Gillespie, T. (2017) ‘From quiet to bold encroachment: contesting dispossession in Accra’s informal sector’, Urban Geography, 38(7), 974-992. Google Scholar

GoG (Government of Ghana) (2012) ‘National Urban Policy Framework’, Accra, Ministry of Local Government and Rural Development. Google Scholar

GoG (Government of Ghana) (2015) ‘Ghana National Spatial Development Framework (2015-2035). Space, Efficiency and Growth. Volume I: Conditions and Main Issues’, (Final Report), http://www.luspa.gov.gh/files/NSDF%20Final%20Report%20-%20Vol%20I%20Final%20Edition_TAC.pdf (accessed 2 June 2017). Google Scholar

Haid, C. G. and Hilbrandt, H. (2019) ‘Urban informality and the state: geographical translations and conceptual alliances’, International Journal of Urban and Regional Research, 43(3), 551-562. Google Scholar

Korah, P. I. (2020) ‘Exploring the emergence and governance of new cities in Accra, Ghana’, Cities, 99, 102369. Google Scholar

Lemke, T. (2002) ‘Foucault, governmentality, and critique’, Rethinking Marxism, 14(3), 49-64. Google Scholar

Lindell, I. (2019) ‘Introduction: re-spatialising urban informality: reconsidering the spatial politics of street work in the global South’, International Development Planning Review, 41(1), 3-21. Google Scholar

Lindell, I., Ampaire, C. and Byerley, A. (2019) ‘Governing urban informality: re-working spaces and subjects in Kampala, Uganda’, International Development Planning Review, 41(1), 63-84. Google Scholar

Massey, D. (2011) ‘A counterhegemonic relationality of place’, in E. McCann and K. Ward (eds), Mobile Urbanism: Cities and Policymaking in the Global Age, Minneapolis, University of Minnesota Press, 1-14. Google Scholar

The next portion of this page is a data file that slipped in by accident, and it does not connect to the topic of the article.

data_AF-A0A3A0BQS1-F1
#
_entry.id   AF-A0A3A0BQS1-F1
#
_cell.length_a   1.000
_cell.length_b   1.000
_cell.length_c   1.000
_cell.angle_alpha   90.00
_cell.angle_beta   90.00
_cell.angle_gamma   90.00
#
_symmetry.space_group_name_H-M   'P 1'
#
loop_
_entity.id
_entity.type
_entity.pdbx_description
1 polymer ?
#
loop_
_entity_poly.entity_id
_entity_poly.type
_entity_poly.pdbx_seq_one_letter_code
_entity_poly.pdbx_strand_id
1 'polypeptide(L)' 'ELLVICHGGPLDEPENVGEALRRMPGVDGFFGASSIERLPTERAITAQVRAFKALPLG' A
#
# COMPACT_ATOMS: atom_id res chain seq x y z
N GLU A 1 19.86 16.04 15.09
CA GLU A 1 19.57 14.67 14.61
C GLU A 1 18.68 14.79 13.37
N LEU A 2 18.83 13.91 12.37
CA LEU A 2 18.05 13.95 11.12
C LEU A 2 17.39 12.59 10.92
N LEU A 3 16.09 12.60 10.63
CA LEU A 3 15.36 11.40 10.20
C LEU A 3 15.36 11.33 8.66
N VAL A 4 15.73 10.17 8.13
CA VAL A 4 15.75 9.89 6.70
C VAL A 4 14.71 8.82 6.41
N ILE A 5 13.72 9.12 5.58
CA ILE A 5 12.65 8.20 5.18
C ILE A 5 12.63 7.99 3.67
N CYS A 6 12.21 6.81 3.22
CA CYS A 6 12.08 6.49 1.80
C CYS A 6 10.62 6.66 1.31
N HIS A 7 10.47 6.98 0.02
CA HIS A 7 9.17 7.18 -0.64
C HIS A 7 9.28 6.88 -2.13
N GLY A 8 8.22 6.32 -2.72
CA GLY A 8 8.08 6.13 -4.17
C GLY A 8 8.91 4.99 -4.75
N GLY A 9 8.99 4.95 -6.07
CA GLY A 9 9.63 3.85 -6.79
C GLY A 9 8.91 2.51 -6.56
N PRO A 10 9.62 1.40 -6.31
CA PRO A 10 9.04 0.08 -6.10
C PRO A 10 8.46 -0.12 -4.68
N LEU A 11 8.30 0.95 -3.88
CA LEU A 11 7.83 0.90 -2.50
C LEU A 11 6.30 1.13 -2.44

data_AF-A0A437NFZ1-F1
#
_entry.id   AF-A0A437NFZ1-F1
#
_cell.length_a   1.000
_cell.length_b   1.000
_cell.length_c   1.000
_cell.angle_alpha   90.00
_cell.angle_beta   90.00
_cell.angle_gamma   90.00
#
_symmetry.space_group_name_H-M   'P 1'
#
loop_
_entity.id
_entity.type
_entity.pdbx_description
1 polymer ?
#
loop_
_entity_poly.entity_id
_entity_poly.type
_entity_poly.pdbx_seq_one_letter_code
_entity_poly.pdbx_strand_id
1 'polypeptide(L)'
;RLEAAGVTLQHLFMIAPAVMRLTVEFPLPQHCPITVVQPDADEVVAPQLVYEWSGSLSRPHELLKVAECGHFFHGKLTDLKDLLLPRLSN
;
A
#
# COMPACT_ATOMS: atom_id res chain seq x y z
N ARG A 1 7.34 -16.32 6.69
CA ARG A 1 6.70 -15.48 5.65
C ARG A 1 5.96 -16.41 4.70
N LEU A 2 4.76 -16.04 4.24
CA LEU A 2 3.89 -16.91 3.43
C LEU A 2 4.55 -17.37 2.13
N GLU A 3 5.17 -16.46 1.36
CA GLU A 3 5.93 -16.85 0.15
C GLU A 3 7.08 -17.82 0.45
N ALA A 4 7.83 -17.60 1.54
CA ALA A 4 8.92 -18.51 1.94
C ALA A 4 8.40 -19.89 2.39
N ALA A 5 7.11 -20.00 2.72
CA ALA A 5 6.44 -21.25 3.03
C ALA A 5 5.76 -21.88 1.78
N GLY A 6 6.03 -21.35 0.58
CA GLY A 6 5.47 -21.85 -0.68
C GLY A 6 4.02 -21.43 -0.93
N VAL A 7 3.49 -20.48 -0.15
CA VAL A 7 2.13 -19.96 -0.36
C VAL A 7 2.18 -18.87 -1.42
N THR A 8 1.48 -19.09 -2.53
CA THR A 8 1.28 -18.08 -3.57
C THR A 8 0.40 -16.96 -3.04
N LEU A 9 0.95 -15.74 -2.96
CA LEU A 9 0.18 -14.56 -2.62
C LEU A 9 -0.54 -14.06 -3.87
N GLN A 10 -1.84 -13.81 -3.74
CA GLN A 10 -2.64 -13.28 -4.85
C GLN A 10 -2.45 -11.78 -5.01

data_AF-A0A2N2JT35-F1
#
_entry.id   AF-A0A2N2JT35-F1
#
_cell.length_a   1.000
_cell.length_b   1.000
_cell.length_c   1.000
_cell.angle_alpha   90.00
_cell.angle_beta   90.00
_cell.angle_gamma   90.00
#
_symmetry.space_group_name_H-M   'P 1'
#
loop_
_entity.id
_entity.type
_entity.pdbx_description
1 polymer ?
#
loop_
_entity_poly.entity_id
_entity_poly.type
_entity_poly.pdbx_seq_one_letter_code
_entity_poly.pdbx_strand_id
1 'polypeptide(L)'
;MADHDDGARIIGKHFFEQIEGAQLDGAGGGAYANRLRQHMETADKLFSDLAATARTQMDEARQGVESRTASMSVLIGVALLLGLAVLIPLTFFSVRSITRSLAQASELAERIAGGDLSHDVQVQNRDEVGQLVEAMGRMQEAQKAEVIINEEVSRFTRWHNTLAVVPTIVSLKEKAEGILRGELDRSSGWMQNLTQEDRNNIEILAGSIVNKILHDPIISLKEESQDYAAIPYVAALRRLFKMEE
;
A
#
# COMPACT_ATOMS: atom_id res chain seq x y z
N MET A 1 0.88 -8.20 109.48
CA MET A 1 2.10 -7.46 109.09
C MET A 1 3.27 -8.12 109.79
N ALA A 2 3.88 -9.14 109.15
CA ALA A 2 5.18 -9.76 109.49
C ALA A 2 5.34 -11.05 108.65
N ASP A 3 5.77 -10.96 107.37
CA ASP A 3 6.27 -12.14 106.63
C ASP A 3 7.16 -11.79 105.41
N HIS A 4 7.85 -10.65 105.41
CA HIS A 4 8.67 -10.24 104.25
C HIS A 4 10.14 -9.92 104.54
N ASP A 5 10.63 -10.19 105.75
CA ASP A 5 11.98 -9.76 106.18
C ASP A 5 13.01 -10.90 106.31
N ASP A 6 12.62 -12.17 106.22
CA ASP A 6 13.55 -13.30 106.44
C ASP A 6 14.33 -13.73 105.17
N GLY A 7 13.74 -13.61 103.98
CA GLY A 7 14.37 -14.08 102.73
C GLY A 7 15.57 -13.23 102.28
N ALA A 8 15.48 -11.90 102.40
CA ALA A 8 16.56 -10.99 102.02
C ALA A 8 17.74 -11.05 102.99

McCann, E., Roy, A. and Ward, K. (2013) ‘Assembling/worlding cities’, Urban Geography, 34(5), 581-589. Google Scholar

Murray Li, T. (2007) ‘Governmentality’, Anthropologica, 49, 275-294. Google Scholar

Nogueira, M. (2019) ‘Displacing informality: rights and legitimacy in Belo Horizonte, Brazil’, International Journal of Urban and Regional Research, 43(3), 517-534. Google Scholar

Ong, A. H. (2011) ‘Introduction: worlding cities, or the art of being global’, in A. Roy and A. H. Ong (eds), Worlding Cities: Asian Experiments and the Art of Being Global, Wiley, Chichester, 1-26. Google Scholar

Quayson, A. (2014) Oxford Street, Accra: City Life and the Itineraries of Transformation, Durham, MA, Duke University Press. Google Scholar

Roever, S. and Skinner, C. (2016) ‘Street vendors and cities’, Environment and Urbanization, 28(2), 359-374. Google Scholar

Rose, N. and Miller, P. (1992) ‘Political power beyond the state: problematics of government’, British Journal of Sociology, 43(2), 173-205. Google Scholar

Roy, A. (2009) ‘Why India cannot plan its cities: informality, insurgence and the idiom of urbanization’, Planning Theory, 8(1), 76-87. Google Scholar

Roy, A. (2011) ‘Slumdog cities: rethinking subaltern urbanism’, International Journal of Urban and Regional Research, 35(2), 223-238. Google Scholar

Roy, A. and AlSayyad, N. (eds) (2004) Urban Informality: Transnational Perspectives from the Middle East, Latin America, and South Asia, Lanham, MD, Lexington Books. Google Scholar

Schindler, S. (2017) ‘Beyond a state-centric approach to urban informality: interactions between Delhi’s middle class and the informal service sector’, Current Sociology, 65(2), 248-259. Google Scholar

Spire, A. and Choplin, A. (2018) ‘Street vendors facing urban beautification in Accra (Ghana): eviction, relocation and formalization’, Articulo, Journal of Urban Research, 17-18. Google Scholar

Steel, W. F., Ujoranyi, T. D. and Owusu, G. (2014) ‘Why evictions do not deter street traders: case study in Accra, Ghana’, Ghana Social Science Journal, 11(2), 52-76. Google Scholar

Yiftachel, O. (2009) ‘Critical theory and “gray space”: mobilization of the colonized’, City, 13(2-3), 246-263. Google Scholar

If you have private access to this content, please log in with your username and password here

Details

Author details

Fält, Lena